What is really needed are sophisticated computational science curricula that integrate and use concepts that have been developed in multiple science and engineering domains. For example, simulation and modeling will be applied across science and engineering domains, coupled to visualization, data-mining, and statistical analysis. HPC should be an integral part of upcoming computational science programs and/or integrated in existing computing curricula at the undergraduate levels.

    In addition, most engineering and computer science college programs cater to what industry needs now, not what industry might need in the future. Engineering and computer science curricula in most U.S. colleges focus on mainstream industry requirements, and doctoral students in engineering and science are channeled into very specialized domains of discourse -- they are not encouraged to seek the breadth that is needed for computational scientists to be effective.
  2. It can be argued that many typical programming jobs are now routinely outsourced overseas. Without adding to the controversy surrounding this recent phenomenon, it can be argued that something other than jobs may need to drive the need for more industry-relevant computer science graduates. As Wired reporter Chris Anderson states, computers have always produced creative jobs in the workforce. Even though there is some evidence that some IT work will be brought back to the U.S., an AMR Research Inc. study of 125 large and mid-size companies found that 41% use a mix of offshore and onshore outsourcing, while 17% send all of their IT work overseas (See IT Labor Boomerangs Back Home). So instead of needing workers trained to do relatively straightforward computer tasks, industry might now require a workforce that is trained to take advantage of HPC-enabled innovation.
  3. Another barrier to the extensive industrial use of HPC is pricing and support for industry computational systems and software. Third-party vendors and their costs for licenses differ from those available for industry users. Academic software licenses are not transferable to commercial use — even for testing. This situation is a barrier for mid-level companies that wish to engage academia in research that uses HPC for innovative industrial research.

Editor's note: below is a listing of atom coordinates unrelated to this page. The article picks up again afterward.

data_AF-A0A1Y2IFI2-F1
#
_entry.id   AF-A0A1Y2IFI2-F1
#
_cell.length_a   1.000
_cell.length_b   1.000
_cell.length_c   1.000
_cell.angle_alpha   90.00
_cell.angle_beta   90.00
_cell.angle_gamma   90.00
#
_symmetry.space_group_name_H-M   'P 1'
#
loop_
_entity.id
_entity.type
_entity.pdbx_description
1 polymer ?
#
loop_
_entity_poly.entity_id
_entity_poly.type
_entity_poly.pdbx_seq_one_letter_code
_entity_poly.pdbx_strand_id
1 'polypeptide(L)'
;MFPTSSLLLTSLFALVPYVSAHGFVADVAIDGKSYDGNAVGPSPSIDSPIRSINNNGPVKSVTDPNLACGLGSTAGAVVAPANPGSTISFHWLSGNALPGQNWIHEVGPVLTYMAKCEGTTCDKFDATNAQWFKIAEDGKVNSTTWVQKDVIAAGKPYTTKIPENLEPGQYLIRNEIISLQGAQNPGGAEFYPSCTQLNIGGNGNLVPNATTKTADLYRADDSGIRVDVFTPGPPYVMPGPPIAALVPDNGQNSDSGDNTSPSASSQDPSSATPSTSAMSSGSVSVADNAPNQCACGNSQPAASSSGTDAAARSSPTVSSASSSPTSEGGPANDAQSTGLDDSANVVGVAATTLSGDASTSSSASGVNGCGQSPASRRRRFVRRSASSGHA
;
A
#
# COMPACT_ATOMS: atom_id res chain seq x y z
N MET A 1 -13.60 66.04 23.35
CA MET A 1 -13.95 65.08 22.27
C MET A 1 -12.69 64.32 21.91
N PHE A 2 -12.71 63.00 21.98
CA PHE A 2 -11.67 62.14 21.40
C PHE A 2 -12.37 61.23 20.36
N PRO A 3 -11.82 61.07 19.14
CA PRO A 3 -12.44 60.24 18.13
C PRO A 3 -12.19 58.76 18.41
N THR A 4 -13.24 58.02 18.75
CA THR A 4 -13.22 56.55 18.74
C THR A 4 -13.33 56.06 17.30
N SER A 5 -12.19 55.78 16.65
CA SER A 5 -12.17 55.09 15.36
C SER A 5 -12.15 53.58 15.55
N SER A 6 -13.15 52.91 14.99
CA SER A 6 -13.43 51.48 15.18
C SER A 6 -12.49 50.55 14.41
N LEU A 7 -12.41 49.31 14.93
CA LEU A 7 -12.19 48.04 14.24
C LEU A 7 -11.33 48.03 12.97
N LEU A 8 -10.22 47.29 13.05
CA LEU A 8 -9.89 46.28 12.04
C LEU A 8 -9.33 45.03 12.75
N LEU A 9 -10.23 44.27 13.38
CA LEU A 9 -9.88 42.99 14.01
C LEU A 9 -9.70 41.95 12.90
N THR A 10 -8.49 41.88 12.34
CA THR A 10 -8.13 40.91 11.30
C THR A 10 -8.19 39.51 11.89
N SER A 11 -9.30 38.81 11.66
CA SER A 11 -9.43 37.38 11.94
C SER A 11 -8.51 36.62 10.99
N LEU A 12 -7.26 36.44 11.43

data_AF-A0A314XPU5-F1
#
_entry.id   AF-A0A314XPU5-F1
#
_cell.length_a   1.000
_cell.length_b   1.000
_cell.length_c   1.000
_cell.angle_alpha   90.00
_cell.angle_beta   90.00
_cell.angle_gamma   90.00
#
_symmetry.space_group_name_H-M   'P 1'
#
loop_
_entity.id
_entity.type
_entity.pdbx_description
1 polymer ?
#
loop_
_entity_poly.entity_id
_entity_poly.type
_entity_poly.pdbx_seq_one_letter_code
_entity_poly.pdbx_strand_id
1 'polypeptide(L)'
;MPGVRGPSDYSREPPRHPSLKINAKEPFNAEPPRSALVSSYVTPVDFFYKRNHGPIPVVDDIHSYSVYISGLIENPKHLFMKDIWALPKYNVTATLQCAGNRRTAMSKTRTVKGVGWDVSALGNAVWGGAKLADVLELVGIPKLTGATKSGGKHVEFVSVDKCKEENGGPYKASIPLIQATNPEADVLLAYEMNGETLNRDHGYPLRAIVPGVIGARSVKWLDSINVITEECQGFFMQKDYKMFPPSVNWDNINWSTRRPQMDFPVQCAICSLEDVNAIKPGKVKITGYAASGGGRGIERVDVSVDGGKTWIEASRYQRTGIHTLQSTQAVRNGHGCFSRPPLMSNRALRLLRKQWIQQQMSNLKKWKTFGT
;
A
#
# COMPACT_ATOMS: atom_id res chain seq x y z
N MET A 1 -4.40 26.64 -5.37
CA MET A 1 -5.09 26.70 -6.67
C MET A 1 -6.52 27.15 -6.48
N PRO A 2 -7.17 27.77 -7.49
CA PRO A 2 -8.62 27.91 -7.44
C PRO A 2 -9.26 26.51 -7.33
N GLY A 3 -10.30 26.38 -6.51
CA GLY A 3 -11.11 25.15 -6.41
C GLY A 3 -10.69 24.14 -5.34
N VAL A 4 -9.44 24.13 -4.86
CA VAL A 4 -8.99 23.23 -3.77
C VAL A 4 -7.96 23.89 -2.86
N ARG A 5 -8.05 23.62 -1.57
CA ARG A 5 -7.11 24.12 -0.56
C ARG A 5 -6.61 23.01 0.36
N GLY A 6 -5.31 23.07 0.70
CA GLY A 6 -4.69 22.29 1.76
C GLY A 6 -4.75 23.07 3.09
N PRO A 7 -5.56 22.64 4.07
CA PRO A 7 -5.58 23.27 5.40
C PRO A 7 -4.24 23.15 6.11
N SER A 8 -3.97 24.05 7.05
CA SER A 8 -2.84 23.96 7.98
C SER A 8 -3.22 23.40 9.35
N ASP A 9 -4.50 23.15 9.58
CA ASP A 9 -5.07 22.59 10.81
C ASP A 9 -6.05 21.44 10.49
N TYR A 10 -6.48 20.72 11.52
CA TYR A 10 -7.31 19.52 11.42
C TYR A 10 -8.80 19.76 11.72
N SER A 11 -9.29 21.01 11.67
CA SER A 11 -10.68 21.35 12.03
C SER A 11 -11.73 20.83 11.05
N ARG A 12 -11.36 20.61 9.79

4. Intellectual property and the security needed for handling industrial data is yet another barrier. There are documented cases in which legal confidentiality issues have extended the process of providing HPC services to industrial partners by 18 months or more. Thus, industry HPC users have tremendous confidentiality issues to surmount before they can outsource or share the best-equipped HPC centers. Simply stated, most companies are not ready to address the legal and security issues that accrue when they consider moving their most challenging problems to HPC centers.
  5. Return on investment (ROI) is calculated differently in educational and governmental HPC research labs and industry. Industry’s timing is driven by their need for immediate returns and deliverables. Given that most CEOs must answer to shareholders who expect a yearly, if not quarterly, ROI, there is reduced flexibility in embracing long-term solutions to design and production issues. In addition, some companies cannot work within an academic time-share approach for HPC resources.
  6. Non-Traditional barriers involve culture clashes that occur between industrial and HPC communities. The reason why industry has not tapped the expertise of national or regional HPC centers can be boiled down to a simple issue of tech-transfer. The industrial community is accustomed to solving problems on the desktop, so many industrial leaders -- including those in management, design, production, and testing -- have simply not been exposed to HPC. Little HPC/industry collaboration currently takes place, which is problematic considering how industry might tap HPC experts to help with some of their most challenging problems.
  7. Another stumbling block may be a lack of imagination. Given the current reliance on desktop computing as the foundation of most industrial communication and computing, it is not surprising that most engineers and designers don’t consider what problems could be solved more efficiently, more economically, or more comprehensively by using far more potent computing than that which is found on their desktops.